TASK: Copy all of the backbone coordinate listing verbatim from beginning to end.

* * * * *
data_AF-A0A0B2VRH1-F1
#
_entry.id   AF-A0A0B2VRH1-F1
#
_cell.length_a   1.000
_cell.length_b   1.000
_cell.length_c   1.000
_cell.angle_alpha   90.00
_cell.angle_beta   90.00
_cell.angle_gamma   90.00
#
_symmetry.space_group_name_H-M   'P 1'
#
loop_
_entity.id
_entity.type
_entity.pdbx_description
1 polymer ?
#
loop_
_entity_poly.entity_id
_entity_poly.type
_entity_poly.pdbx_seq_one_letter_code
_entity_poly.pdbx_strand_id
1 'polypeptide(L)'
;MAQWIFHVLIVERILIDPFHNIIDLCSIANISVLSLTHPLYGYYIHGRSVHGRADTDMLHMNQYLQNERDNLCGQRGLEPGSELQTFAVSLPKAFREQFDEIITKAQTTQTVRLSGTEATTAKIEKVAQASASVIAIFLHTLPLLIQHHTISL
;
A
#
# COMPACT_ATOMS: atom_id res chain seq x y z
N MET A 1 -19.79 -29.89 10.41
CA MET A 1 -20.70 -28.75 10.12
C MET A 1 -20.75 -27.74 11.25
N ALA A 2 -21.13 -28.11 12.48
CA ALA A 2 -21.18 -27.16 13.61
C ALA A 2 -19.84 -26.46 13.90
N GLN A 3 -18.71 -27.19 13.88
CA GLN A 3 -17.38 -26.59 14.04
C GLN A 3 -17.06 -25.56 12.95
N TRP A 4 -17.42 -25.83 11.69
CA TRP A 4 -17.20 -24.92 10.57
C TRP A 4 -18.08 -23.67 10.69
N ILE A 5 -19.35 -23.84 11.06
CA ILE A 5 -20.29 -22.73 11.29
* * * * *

data_AF-A0A0B2VRH1-F1
#
_entry.id   AF-A0A0B2VRH1-F1
#
_cell.length_a   1.000
_cell.length_b   1.000
_cell.length_c   1.000
_cell.angle_alpha   90.00
_cell.angle_beta   90.00
_cell.angle_gamma   90.00
#
_symmetry.space_group_name_H-M   'P 1'
#
loop_
_entity.id
_entity.type
_entity.pdbx_description
1 polymer ?
#
loop_
_entity_poly.entity_id
_entity_poly.type
_entity_poly.pdbx_seq_one_letter_code
_entity_poly.pdbx_strand_id
1 'polypeptide(L)'
;MAQWIFHVLIVERILIDPFHNIIDLCSIANISVLSLTHPLYGYYIHGRSVHGRADTDMLHMNQYLQNERDNLCGQRGLEPGSELQTFAVSLPKAFREQFDEIITKAQTTQTVRLSGTEATTAKIEKVAQASASVIAIFLHTLPLLIQHHTISL
;
A
#
# COMPACT_ATOMS: atom_id res chain seq x y z
N MET A 1 -19.79 -29.89 10.41
CA MET A 1 -20.70 -28.75 10.12
C MET A 1 -20.75 -27.74 11.25
N ALA A 2 -21.13 -28.11 12.48
CA ALA A 2 -21.18 -27.16 13.61
C ALA A 2 -19.84 -26.46 13.90
N GLN A 3 -18.71 -27.19 13.88
CA GLN A 3 -17.38 -26.59 14.04
C GLN A 3 -17.06 -25.56 12.95
N TRP A 4 -17.42 -25.83 11.69
CA TRP A 4 -17.20 -24.92 10.57
C TRP A 4 -18.08 -23.67 10.69
N ILE A 5 -19.35 -23.84 11.06
CA ILE A 5 -20.29 -22.73 11.29